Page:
Clinton Township is trying to figure out what steps it needs to take as Michigan enacts new medical marijuana laws.
The state’s new law goes into effect January 1, 2018.
Medical marijuana advocates have already begun to lobby for recreational use of marijuana in Michigan. In Supervisor Robert Cannon’s letter to the township Board of Trustees, he noted that “medical marijuana is on our doorstep and recreational marijuana is not far behind.”
That’s why Clinton Township is looking at a five-person committee that would gather information about the new medical marijuana law.
The new law brings big changes from the 2008 legislation that legalized the use of medical marijuana. That law allowed a caregiver to grow up to 12 plants for a patient.
The new law creates three classes of medical marijuana growers: those who can grow up to 500 plants, those who can grow up to 1,000 plants, and those who can grow up to 1,500 plants. The law also gives power to local municipalities to choose whether they’ll allow licenses for growers in their community.
Cannon wrote that it was a divisive issue, but added: “If we do create an ordinance that would allow for growing or dispensing, I want to be armed with an many resource as possible that will allow Clinton Township elected and appointed officials to make recommendations for what would be in the best interest of our community.”
The public seemed split.
Walter Bozman told 7 Action News that he’s concerned about crime that an increased amount of medical marijuana industry could bring to Clinton Township, but noted that he’s sympathetic to those who could use it.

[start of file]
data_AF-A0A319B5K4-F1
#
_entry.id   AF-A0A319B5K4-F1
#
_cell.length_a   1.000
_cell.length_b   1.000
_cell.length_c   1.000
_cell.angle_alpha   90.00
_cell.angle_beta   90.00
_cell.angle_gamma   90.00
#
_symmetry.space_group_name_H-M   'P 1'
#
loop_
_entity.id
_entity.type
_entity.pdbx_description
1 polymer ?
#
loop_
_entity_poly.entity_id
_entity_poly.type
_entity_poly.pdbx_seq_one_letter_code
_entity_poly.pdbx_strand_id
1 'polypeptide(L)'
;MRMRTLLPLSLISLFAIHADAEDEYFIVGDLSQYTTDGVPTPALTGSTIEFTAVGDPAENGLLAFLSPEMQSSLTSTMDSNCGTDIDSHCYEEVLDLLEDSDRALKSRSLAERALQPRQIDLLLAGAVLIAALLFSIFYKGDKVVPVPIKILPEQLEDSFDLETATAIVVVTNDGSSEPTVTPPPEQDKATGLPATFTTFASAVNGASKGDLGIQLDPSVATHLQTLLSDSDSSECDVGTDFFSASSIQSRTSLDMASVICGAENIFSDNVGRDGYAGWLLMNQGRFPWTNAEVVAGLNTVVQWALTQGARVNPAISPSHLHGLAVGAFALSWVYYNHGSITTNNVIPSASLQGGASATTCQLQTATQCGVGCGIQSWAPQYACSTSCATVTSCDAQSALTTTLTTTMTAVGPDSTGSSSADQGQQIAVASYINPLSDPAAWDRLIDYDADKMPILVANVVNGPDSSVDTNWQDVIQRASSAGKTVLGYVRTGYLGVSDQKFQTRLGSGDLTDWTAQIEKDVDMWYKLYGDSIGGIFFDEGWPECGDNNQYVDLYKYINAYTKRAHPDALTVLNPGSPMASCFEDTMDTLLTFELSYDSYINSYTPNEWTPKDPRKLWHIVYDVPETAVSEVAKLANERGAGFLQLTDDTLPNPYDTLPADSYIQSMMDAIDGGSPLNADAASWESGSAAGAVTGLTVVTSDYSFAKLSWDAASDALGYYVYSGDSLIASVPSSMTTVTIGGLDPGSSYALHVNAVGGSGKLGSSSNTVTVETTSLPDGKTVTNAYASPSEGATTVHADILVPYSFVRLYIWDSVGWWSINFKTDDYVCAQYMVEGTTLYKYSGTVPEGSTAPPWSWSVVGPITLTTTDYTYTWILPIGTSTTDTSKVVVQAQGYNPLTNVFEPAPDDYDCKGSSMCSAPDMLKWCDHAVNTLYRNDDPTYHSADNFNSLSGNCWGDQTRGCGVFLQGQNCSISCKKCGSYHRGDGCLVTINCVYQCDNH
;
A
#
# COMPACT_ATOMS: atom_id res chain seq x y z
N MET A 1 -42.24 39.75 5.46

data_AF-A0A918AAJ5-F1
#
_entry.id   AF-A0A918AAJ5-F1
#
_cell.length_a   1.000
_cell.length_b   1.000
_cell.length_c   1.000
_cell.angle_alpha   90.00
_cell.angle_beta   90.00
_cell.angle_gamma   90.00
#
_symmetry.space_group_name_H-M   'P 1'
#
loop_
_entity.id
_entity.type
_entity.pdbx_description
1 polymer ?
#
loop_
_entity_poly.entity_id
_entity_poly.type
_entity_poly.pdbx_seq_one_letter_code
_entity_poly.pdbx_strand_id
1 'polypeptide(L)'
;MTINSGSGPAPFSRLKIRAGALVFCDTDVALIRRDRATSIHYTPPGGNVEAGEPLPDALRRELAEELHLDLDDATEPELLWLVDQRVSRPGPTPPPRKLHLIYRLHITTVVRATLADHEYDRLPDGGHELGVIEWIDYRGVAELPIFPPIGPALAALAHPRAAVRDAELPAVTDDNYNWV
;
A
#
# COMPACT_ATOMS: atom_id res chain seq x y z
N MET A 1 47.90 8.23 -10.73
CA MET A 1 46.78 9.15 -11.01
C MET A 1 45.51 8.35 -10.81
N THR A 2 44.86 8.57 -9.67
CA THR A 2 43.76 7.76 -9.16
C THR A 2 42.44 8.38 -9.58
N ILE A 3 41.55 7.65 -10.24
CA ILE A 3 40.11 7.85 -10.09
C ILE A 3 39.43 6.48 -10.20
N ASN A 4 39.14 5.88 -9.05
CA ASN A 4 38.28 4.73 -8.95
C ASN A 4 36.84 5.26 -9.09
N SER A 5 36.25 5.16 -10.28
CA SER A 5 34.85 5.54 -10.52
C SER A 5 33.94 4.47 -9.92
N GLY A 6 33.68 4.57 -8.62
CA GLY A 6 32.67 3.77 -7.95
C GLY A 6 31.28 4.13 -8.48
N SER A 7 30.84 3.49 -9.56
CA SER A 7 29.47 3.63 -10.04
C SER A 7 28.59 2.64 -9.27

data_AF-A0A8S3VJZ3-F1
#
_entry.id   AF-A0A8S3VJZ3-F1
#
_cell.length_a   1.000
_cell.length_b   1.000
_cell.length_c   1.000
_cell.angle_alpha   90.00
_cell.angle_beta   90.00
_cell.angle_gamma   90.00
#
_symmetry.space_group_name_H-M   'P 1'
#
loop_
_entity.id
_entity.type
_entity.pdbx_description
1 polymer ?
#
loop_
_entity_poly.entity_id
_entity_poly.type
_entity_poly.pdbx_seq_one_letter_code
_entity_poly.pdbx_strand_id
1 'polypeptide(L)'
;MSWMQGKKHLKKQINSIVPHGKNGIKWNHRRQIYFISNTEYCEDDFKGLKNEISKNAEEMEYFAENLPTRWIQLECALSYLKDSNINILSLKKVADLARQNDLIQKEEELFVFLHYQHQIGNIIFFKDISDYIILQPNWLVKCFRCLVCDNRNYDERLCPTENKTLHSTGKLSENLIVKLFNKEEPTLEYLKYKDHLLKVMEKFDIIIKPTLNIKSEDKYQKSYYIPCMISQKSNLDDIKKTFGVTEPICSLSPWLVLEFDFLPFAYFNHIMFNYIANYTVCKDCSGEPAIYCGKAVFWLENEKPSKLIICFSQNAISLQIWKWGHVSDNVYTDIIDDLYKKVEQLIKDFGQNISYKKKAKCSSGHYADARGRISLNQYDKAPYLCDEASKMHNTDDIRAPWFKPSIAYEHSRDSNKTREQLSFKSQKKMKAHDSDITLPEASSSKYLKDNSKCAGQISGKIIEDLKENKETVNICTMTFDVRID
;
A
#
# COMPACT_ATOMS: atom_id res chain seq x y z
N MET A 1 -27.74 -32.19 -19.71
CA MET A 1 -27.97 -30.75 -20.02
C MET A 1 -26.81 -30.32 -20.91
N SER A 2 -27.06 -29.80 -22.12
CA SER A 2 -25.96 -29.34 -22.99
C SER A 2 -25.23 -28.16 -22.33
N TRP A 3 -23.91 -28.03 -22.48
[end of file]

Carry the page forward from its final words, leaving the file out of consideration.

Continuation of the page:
“I’m on the fence,” said Bozman. “Yeah, I want to see more data. I want to see more results.”
That data is something the new committee is tasked with finding. The board is expected to make formal invitations to experts on both sides of the issue to create a plan for Clinton Township.
According to Michigan’s Licensing and Regulatory Affairs office, a municipality will have the right to choose whether they want to pass an ordinance that allows the type of facilities a grower, or processor is trying to open.
The law also allows for the municipality to regulate the amount of facilities they will allow, and establish rules on zoning, fees to be paid annually up to $5,000 and would have final approval over licenses that would be transferred or sold.
The new Michigan medical marijuana laws go into effect next year.